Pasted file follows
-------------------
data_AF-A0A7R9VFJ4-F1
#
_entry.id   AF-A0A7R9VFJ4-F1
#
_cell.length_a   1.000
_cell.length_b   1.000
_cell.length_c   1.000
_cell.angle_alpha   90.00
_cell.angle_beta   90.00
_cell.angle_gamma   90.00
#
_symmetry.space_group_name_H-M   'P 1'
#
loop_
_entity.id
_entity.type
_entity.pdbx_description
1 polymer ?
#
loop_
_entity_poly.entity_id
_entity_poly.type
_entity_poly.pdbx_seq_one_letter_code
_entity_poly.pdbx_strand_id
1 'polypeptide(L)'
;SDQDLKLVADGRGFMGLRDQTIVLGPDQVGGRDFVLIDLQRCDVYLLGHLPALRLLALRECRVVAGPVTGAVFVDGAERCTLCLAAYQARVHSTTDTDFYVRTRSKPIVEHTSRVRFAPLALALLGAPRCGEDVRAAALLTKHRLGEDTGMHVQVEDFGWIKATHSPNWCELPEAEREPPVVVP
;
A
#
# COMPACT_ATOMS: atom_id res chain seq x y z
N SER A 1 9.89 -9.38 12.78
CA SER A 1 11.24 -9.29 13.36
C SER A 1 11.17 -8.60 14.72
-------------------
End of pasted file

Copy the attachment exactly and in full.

data_AF-A0A7R9VFJ4-F1
#
_entry.id   AF-A0A7R9VFJ4-F1
#
_cell.length_a   1.000
_cell.length_b   1.000
_cell.length_c   1.000
_cell.angle_alpha   90.00
_cell.angle_beta   90.00
_cell.angle_gamma   90.00
#
_symmetry.space_group_name_H-M   'P 1'
#
loop_
_entity.id
_entity.type
_entity.pdbx_description
1 polymer ?
#
loop_
_entity_poly.entity_id
_entity_poly.type
_entity_poly.pdbx_seq_one_letter_code
_entity_poly.pdbx_strand_id
1 'polypeptide(L)'
;SDQDLKLVADGRGFMGLRDQTIVLGPDQVGGRDFVLIDLQRCDVYLLGHLPALRLLALRECRVVAGPVTGAVFVDGAERCTLCLAAYQARVHSTTDTDFYVRTRSKPIVEHTSRVRFAPLALALLGAPRCGEDVRAAALLTKHRLGEDTGMHVQVEDFGWIKATHSPNWCELPEAEREPPVVVP
;
A
#
# COMPACT_ATOMS: atom_id res chain seq x y z
N SER A 1 9.89 -9.38 12.78
CA SER A 1 11.24 -9.29 13.36
C SER A 1 11.17 -8.60 14.72